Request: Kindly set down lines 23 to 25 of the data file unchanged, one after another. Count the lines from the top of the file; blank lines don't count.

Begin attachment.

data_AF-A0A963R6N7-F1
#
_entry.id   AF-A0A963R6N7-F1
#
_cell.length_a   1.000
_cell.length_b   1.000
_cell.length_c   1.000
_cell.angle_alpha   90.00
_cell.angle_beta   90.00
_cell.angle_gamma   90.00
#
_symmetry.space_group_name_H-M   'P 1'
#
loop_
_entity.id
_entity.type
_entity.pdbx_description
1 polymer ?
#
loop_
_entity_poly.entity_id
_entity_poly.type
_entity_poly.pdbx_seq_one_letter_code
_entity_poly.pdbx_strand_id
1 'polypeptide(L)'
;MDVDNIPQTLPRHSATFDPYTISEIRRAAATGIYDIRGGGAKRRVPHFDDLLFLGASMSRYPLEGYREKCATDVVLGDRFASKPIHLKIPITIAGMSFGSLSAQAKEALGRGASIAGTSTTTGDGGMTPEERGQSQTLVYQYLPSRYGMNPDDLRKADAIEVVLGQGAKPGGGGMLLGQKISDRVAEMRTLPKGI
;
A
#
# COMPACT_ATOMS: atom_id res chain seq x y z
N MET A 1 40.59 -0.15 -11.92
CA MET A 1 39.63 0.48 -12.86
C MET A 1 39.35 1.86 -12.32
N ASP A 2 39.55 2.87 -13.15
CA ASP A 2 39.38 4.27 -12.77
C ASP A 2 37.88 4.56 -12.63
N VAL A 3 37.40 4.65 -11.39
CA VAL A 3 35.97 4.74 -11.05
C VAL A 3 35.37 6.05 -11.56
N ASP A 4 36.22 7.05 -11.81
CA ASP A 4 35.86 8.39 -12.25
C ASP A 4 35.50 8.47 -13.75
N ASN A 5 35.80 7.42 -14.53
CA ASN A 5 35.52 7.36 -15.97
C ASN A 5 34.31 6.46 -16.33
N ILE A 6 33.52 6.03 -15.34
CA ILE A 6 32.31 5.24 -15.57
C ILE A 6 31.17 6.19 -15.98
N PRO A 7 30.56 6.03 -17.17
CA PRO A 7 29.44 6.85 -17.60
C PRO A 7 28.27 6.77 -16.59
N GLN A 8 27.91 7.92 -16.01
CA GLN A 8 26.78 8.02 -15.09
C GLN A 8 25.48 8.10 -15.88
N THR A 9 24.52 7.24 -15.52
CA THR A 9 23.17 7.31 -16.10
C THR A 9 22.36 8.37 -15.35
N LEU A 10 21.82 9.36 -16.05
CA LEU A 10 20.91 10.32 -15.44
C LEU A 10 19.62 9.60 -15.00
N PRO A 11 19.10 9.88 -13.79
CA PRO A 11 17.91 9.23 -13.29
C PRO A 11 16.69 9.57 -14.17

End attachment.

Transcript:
_entity_poly.pdbx_seq_one_letter_code
_entity_poly.pdbx_strand_id
1 'polypeptide(L)'